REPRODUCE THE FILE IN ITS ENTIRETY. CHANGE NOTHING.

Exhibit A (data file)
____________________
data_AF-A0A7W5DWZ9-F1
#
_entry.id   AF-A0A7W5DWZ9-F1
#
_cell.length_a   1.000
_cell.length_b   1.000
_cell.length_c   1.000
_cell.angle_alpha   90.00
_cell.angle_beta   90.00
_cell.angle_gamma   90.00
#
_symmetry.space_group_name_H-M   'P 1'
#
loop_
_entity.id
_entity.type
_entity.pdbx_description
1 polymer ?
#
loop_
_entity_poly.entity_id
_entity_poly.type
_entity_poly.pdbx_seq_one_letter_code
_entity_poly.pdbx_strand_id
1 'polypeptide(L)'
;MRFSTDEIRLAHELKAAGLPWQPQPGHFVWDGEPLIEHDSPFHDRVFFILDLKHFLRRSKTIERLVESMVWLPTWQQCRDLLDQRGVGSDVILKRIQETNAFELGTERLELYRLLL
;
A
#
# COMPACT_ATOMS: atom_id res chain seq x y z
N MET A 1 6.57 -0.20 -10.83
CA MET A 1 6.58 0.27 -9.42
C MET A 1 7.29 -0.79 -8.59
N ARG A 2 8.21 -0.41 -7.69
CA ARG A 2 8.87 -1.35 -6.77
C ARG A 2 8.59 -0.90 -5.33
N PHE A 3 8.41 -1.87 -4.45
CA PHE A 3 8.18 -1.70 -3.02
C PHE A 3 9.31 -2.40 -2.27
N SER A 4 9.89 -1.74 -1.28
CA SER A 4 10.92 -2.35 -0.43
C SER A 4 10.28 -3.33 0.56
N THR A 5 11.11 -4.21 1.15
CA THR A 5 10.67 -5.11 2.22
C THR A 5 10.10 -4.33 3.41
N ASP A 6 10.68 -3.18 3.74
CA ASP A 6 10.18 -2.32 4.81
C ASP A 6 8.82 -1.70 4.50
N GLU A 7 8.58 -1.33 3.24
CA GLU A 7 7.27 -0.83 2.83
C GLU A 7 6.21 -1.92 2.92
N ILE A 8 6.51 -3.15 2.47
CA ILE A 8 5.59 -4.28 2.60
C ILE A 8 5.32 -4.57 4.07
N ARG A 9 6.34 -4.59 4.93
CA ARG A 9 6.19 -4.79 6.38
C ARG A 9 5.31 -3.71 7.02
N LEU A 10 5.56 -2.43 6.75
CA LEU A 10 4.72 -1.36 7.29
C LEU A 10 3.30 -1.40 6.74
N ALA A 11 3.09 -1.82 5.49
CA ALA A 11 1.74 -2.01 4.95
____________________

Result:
data_AF-A0A7W5DWZ9-F1
#
_entry.id   AF-A0A7W5DWZ9-F1
#
_cell.length_a   1.000
_cell.length_b   1.000
_cell.length_c   1.000
_cell.angle_alpha   90.00
_cell.angle_beta   90.00
_cell.angle_gamma   90.00
#
_symmetry.space_group_name_H-M   'P 1'
#
loop_
_entity.id
_entity.type
_entity.pdbx_description
1 polymer ?
#
loop_
_entity_poly.entity_id
_entity_poly.type
_entity_poly.pdbx_seq_one_letter_code
_entity_poly.pdbx_strand_id
1 'polypeptide(L)'
;MRFSTDEIRLAHELKAAGLPWQPQPGHFVWDGEPLIEHDSPFHDRVFFILDLKHFLRRSKTIERLVESMVWLPTWQQCRDLLDQRGVGSDVILKRIQETNAFELGTERLELYRLLL
;
A
#
# COMPACT_ATOMS: atom_id res chain seq x y z
N MET A 1 6.57 -0.20 -10.83
CA MET A 1 6.58 0.27 -9.42
C MET A 1 7.29 -0.79 -8.59
N ARG A 2 8.21 -0.41 -7.69
CA ARG A 2 8.87 -1.35 -6.77
C ARG A 2 8.59 -0.90 -5.33
N PHE A 3 8.41 -1.87 -4.45
CA PHE A 3 8.18 -1.70 -3.02
C PHE A 3 9.31 -2.40 -2.27
N SER A 4 9.89 -1.74 -1.28
CA SER A 4 10.92 -2.35 -0.43
C SER A 4 10.28 -3.33 0.56
N THR A 5 11.11 -4.21 1.15
CA THR A 5 10.67 -5.11 2.22
C THR A 5 10.10 -4.33 3.41
N ASP A 6 10.68 -3.18 3.74
CA ASP A 6 10.18 -2.32 4.81
C ASP A 6 8.82 -1.70 4.50
N GLU A 7 8.58 -1.33 3.24
CA GLU A 7 7.27 -0.83 2.83
C GLU A 7 6.21 -1.92 2.92
N ILE A 8 6.51 -3.15 2.47
CA ILE A 8 5.59 -4.28 2.60
C ILE A 8 5.32 -4.57 4.07
N ARG A 9 6.34 -4.59 4.93
CA ARG A 9 6.19 -4.79 6.38
C ARG A 9 5.31 -3.71 7.02
N LEU A 10 5.56 -2.43 6.75
CA LEU A 10 4.72 -1.36 7.29
C LEU A 10 3.30 -1.40 6.74
N ALA A 11 3.09 -1.82 5.49
CA ALA A 11 1.74 -2.01 4.95